7 comments:

marcheu said...

When idling, compiz and metacity use exactly the same amount of power. There are no code paths anywhere in the stack that "turn on 3d powerplanes". My bet is that it's more power consuming to wake up all applications to redraw their exposed areas under the window you're dragging than it is for compiz to just recomposite that out of textures already in video memory.

This is not quite the way I see things currently.

First, about the "3d powerplanes". Some drivers (for example the nvidia binary driver) will clock the card higher when in 3D mode, which results in faster battery drain. More generally, OpenGL implementations are tuned for performance and not for power efficiency, and make heavy use of busy waits for example.

Second, about waking up applications. Although your point is true, re-compositing a screen from a number of pixmaps laying in VRAM is not exclusive to 3D compositing managers like compiz, but can be achieved via a 2D compositing manager as well. So this is not an advantage of 3D compositing managers either.

Real world power usage benchmarks would surely be very interesting, but I'm quite confident what the results look like today.

Now what if one wants to solve that power & heat issue. Today, the driver has no way to know if the full power is needed (for that doom 5 game) or not (doing word processing). Maybe the application should tell what it wants, but no mechanism for that currently exists.

Zack Cerza said...

Good post, thanks for the update Kristian!

Thorsten "thl" Leemhuis said...

On "Once we get there, the default compositor will be compiz." and "We're not working on making metacity a compositing manager.": That afaics and iow means: some people (those with composing-capable hardware and drivers) will run compiz, the other stick to metacity. That's not a problem per se, but the two often feel and react differently -- that's utterly confusing for the users, as a action on the same distribution might result in a different behavior on different machines.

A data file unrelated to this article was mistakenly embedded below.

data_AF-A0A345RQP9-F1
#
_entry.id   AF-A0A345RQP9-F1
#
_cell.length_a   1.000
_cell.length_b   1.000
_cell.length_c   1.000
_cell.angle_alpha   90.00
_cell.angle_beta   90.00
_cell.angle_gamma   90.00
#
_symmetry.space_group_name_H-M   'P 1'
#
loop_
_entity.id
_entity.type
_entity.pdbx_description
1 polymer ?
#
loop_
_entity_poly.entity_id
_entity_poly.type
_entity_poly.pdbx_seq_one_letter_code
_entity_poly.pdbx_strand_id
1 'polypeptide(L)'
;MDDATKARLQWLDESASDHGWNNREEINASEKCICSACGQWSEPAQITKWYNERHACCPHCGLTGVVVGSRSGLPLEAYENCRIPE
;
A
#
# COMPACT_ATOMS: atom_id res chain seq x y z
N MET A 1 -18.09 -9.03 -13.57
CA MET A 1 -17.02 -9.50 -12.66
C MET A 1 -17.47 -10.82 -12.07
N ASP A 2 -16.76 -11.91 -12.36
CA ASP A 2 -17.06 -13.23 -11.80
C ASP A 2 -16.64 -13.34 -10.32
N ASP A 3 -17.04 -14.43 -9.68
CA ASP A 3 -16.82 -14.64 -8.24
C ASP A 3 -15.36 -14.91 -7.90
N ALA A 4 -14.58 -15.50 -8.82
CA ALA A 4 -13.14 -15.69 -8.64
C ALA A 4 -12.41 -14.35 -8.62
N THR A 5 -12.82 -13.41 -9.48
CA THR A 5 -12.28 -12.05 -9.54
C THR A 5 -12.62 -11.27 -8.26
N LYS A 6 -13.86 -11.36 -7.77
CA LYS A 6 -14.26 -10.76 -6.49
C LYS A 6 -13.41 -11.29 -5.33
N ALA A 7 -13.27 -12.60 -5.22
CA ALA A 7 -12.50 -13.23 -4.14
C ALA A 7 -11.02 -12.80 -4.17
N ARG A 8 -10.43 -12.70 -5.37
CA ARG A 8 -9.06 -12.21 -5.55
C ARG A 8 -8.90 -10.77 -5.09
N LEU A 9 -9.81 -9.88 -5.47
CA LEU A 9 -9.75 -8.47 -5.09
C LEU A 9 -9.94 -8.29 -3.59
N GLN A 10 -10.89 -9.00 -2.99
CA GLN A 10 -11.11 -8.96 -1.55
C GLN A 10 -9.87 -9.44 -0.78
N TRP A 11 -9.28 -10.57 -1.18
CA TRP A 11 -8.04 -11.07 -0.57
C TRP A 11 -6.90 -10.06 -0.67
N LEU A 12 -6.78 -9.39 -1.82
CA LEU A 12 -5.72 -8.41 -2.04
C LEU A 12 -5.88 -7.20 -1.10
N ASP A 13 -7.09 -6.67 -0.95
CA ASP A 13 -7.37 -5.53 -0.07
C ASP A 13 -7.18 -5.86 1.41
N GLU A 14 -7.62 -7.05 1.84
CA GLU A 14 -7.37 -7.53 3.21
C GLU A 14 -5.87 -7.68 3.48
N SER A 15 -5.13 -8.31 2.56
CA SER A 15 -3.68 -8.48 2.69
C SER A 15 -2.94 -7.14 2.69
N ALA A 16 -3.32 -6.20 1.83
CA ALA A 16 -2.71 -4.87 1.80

I'm wondering if it would make sense to support normal 2d-rendering (not sure if that's the proper tem, but I suppose you'll know what I mean) in compiz, so everyone can use the same window manager and everything feels and acts similarly.

Anonymous said...

I think giving "support normal 2d-rendering" will be useless, compiz base some parts of code from metacity, it support metacity themes, it got powerful keyboard shortcuts management, but this is compositing manager, it gives a lot more that metacity in user experience, and functionality. If there is some group of users that feel there is functionality in metacity that they can't live without and they want to use compiz then compiz should provide it, in form of plugin "metacity" for compiz with that functionality(for example). You dont need to write that plugin, just write request for that plugin and specs what that plugin should provide, compiz community will bring it. I thnik plugin that will provide functionality compatybility of "kwin,metacity" for compiz is greate idea.

Anonymous said...

I sat down and use a Gutsy beta to do some power testing last week. I have a small "Energy Monitor" adapter from Maplins (a gadget inspired by the world famous Dave Jones) and I used that to try and monitor power consumption through the mains by booting the machine without a battery installed. All testing was done with Ubuntu Tribe 4 on a Thinkpad T60 (graphics card is an Intel 940). I will put the wattage the monitor measured on the left and the action being done on the right. The monitor isn't perfect but I'd guess it's accurate to within 2W.

4W - Laptop was off.

Ubuntu Feisty fresh install
25-26W - Laptop was idling at Grub boot menu.